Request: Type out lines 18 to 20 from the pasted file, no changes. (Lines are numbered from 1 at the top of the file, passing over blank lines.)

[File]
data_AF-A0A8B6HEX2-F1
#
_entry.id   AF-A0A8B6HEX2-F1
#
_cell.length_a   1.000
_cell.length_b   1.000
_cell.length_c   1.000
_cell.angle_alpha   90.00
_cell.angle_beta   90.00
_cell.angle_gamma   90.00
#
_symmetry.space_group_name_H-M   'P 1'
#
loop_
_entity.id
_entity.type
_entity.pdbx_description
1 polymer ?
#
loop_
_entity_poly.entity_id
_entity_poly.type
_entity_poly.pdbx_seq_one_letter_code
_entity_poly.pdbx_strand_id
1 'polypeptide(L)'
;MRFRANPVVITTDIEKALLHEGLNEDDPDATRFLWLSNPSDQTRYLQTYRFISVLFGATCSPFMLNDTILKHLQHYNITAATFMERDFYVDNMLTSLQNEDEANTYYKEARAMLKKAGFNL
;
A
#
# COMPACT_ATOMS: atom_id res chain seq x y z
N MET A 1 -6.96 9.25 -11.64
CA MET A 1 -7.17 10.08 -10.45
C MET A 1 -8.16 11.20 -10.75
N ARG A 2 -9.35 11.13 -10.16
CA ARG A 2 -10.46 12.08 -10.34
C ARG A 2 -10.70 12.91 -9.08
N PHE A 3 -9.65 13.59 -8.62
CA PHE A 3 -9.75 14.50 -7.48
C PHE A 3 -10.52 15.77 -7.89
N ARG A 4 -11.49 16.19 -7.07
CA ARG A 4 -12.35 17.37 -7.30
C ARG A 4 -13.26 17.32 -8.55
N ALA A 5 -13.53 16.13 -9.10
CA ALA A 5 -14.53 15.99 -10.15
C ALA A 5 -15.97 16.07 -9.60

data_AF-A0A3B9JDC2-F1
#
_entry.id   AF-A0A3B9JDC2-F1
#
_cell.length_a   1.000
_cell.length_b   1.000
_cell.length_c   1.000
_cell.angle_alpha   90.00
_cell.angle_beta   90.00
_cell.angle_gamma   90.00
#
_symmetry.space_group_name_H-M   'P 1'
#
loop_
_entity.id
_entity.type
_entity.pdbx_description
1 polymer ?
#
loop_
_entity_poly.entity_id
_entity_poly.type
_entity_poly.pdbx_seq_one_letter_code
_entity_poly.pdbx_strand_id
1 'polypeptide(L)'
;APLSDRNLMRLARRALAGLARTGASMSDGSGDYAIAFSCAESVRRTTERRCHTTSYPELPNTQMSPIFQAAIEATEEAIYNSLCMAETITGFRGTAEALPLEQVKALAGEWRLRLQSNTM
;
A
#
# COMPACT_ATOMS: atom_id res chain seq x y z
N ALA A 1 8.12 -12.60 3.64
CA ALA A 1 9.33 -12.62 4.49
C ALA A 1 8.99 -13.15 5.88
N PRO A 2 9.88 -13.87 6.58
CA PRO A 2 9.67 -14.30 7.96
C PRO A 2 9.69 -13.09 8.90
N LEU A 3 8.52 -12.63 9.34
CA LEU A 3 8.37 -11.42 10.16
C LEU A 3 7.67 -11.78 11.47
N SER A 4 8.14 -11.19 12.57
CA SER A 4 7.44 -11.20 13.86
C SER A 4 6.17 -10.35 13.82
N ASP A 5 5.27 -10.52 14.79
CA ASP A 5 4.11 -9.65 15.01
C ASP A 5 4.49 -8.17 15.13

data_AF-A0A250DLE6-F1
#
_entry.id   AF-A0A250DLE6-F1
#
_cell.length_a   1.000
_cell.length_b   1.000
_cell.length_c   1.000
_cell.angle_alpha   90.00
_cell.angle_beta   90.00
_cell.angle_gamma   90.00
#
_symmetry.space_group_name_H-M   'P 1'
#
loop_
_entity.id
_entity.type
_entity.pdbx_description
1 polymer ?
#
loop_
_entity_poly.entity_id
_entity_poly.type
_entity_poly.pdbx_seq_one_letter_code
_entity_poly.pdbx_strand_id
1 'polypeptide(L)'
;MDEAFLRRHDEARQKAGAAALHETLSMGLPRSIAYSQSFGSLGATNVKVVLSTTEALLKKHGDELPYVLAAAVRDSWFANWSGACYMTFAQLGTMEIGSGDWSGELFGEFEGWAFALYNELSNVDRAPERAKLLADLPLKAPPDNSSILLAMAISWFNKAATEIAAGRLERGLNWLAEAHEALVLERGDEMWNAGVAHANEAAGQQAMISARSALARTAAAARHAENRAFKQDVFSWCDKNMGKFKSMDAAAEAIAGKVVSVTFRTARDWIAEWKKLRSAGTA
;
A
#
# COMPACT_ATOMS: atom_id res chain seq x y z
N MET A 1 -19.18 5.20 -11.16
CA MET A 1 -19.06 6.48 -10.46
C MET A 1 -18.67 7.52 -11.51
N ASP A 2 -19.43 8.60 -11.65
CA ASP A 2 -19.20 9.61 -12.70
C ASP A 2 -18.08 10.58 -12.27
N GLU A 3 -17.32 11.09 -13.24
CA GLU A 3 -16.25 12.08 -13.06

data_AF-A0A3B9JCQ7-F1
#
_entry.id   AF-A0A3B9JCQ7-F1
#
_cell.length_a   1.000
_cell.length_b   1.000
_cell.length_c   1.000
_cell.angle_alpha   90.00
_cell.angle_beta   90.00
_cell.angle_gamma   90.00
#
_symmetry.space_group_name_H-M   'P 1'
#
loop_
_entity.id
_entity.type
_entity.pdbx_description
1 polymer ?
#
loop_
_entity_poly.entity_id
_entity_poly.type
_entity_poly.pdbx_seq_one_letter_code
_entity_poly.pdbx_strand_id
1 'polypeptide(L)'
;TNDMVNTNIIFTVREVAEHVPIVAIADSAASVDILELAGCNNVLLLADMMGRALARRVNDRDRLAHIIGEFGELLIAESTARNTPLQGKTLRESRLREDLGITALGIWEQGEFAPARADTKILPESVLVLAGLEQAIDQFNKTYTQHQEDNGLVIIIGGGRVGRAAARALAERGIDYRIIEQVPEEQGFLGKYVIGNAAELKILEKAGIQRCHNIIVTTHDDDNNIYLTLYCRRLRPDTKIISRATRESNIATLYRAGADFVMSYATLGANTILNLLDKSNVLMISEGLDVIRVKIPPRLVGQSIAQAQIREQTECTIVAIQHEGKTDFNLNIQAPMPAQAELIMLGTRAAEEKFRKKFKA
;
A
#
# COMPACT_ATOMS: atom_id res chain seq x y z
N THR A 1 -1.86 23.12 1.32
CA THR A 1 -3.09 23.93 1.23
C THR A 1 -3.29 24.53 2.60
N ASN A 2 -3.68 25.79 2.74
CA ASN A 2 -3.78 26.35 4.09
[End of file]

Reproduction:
1 polymer ?
#
loop_